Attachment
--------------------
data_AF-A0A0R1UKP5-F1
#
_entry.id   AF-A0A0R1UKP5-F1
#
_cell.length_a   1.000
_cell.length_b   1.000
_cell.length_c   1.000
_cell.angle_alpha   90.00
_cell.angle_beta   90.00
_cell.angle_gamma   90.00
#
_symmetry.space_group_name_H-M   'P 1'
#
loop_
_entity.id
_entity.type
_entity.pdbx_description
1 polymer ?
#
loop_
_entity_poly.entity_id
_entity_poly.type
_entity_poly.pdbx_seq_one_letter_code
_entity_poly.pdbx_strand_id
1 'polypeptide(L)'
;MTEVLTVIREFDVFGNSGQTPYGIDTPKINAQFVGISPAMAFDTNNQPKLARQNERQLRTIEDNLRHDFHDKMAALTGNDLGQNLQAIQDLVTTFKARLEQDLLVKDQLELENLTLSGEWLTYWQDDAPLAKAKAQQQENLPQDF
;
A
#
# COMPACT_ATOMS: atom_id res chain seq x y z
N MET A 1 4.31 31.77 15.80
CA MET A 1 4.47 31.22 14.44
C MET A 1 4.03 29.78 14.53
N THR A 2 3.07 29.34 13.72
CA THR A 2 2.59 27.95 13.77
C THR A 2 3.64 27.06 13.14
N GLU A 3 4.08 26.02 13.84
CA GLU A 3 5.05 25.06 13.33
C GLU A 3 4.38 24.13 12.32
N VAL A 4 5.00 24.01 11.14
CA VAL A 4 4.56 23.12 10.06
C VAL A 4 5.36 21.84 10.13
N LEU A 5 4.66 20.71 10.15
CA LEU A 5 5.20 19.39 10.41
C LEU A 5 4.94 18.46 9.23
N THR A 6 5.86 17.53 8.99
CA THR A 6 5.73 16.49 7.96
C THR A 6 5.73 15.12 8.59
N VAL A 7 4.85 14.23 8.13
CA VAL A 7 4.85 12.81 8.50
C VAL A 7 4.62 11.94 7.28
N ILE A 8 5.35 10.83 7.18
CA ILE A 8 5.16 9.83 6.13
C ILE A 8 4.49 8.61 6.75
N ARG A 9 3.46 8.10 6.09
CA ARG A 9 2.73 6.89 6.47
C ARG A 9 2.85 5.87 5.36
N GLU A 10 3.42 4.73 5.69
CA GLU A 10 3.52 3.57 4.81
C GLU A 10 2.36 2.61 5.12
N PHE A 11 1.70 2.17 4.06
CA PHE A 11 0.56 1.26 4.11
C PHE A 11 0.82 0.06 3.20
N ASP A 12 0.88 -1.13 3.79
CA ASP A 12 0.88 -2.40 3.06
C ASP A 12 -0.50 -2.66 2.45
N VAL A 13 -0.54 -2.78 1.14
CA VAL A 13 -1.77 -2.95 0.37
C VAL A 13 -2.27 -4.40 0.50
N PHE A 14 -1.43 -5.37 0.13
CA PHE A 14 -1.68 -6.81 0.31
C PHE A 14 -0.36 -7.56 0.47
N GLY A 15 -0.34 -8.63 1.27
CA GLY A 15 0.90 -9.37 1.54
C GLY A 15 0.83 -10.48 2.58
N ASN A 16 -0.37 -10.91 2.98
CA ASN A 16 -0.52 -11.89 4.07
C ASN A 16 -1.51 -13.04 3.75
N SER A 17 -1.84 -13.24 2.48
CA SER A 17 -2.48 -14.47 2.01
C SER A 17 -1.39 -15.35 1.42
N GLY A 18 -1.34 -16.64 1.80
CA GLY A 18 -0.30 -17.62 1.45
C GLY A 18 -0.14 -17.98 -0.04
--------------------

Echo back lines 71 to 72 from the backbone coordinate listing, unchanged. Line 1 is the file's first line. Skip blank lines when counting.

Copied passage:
CA PHE A 14 -1.68 -6.81 0.31
C PHE A 14 -0.36 -7.56 0.47